For the past week or so I have been enamored with the famous moonshiner, Popcorn Sutton. I came down with a terrible cough that nothing could fix except a yellowish colored substance that was handed to me in an old nyquil bottle with “last of Popcorn” written on the front. Had I not had tremendous respect and trust for the person giving it to me, I woudn’t have touched it. It looked like toxic waste. As instructed, I took just “a little swaller” of the honey, liquor, and whatever else mixture. Three hours later, when I woke up from my coma, whatever had set up shop in my chest, had been run out of there. It was a Godsend. Popcorn Sutton was a Godsend.
Everytime I think about this iconic man, I feel myself drift off to a wet, sticky, southern summer night with the light of the full moon beaming off the metal stills. I can almost feel the rain-soaked grass underneath my feet, and watch my body time warp into an era far gone, liberally decorated by mountain men in overalls. Was Popcorn the last of these men, the last real moonshiner? Was he the last man to brew his liquor in the name of pure obligaton to do so? He had a respect for the people who bought his shine and an allegiance to his inherited craft. He didn’t make his white lightning to be rebellious. He was rebellious because he made it, for the people who loved it. He paid the price to keep Appalachian heritage and good home grown alcohol alive.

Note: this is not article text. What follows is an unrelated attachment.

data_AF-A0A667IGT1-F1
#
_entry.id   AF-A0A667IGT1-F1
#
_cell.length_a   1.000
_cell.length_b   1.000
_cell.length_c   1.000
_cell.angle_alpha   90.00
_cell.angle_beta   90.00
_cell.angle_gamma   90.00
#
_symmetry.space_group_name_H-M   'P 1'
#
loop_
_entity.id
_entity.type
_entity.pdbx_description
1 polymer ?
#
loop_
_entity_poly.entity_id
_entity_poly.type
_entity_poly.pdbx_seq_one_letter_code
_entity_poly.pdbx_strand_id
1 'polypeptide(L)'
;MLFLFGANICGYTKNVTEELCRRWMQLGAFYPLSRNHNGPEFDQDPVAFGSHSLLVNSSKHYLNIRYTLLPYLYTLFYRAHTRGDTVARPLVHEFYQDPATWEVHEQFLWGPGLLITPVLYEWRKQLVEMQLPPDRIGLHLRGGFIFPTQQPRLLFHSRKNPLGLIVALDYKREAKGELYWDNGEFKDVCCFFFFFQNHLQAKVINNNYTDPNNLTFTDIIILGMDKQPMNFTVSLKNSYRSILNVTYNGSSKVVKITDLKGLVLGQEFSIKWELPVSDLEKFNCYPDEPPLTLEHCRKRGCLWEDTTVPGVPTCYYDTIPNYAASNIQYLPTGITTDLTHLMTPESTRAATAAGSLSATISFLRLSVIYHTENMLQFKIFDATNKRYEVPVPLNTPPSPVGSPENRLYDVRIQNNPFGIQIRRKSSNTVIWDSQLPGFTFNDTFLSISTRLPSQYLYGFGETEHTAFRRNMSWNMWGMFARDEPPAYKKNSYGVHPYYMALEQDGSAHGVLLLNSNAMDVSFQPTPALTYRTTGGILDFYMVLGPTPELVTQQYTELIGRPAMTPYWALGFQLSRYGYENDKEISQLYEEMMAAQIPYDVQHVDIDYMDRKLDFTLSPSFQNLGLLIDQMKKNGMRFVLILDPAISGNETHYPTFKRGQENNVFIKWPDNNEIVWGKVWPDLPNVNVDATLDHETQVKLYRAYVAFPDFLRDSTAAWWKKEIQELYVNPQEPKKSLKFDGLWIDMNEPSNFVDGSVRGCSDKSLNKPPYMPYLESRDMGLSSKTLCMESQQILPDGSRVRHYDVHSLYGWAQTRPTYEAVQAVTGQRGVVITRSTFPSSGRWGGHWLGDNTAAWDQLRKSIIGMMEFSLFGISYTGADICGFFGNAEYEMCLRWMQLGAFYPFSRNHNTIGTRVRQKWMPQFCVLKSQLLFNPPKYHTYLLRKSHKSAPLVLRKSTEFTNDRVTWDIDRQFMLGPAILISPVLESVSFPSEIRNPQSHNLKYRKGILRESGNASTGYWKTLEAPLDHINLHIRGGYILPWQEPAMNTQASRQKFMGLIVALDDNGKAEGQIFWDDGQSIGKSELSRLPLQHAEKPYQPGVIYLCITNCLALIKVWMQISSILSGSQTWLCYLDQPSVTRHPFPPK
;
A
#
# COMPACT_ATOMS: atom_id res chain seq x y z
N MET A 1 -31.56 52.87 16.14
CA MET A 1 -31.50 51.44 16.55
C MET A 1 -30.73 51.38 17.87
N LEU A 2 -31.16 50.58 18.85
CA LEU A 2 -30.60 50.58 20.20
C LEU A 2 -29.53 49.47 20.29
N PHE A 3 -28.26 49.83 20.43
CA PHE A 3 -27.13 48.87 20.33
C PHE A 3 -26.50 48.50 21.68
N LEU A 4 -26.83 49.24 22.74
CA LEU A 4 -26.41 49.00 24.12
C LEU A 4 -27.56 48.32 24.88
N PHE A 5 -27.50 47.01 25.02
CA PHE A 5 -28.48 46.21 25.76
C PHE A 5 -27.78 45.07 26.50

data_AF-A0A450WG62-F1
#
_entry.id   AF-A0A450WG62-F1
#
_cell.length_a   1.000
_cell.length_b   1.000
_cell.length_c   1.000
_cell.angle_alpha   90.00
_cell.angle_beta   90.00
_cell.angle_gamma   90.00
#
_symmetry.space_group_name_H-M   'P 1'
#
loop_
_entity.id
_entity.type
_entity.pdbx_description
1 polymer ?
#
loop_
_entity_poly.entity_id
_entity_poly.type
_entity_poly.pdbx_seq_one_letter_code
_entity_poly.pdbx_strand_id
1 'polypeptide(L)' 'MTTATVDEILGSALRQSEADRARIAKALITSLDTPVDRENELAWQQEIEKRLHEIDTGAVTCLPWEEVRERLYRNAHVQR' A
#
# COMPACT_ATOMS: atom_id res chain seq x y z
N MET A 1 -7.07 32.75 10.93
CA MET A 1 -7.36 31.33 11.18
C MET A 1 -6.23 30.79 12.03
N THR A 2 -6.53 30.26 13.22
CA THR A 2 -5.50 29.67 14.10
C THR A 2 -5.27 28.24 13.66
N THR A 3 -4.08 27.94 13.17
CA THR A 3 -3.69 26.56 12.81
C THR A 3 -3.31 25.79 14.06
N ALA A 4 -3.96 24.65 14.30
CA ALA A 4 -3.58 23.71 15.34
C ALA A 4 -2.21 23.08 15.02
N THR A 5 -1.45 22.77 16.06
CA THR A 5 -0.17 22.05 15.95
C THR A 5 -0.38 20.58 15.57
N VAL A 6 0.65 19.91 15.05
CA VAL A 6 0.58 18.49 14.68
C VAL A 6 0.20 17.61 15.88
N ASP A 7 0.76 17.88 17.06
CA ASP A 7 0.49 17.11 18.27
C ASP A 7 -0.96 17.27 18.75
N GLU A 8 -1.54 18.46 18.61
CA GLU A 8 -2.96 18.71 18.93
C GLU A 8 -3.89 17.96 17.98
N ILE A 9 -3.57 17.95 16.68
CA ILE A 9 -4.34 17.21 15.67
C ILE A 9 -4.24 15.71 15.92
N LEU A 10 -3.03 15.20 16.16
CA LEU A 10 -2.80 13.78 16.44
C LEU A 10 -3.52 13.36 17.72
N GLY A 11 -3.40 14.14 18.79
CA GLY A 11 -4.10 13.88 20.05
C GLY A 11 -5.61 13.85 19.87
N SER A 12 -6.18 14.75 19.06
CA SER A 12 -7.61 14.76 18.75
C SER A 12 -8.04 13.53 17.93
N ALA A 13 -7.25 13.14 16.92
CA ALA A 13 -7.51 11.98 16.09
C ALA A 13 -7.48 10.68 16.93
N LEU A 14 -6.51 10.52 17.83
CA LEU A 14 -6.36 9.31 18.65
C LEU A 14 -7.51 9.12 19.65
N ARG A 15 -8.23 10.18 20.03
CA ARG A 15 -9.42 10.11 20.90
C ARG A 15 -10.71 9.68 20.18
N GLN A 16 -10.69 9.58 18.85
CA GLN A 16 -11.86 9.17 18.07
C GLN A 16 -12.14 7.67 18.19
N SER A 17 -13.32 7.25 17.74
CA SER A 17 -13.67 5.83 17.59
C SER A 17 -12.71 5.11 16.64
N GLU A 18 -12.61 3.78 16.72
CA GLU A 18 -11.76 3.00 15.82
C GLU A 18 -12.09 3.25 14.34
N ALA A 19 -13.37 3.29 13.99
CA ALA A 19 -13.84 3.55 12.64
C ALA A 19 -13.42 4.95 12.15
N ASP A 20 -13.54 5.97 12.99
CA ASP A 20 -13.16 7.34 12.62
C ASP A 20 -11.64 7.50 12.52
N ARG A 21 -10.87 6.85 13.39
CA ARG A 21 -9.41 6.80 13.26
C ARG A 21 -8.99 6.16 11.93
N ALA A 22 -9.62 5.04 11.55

In 2009 Popcorn, recently diagnosed with cancer, commited suicide to escape spending his final days rotting in a federal prison jail cell. I’m not so sure I blame him. It breaks my heart that he had to end this way, but his was a legacy that couldn’t die. Here in Carolina there are still whisperings of how to get some of Popcorn’s original shine in the secret places it has been tucked away. I feel priviledged that I carry a little inside me, paying homage to both his journey and my own heritage as a fellow “Appalachianite”. There’s something magic about the southern sky, the sky that lit the way for the “real stuff.” Everytime I look up I remember what I carry with me, and it is rebellious, gritty, and real. It’s what Popcorn bequeathed to us, a sense of pride, loyalty, and gall. He lived his passion, and I for one, respect the hell out of it.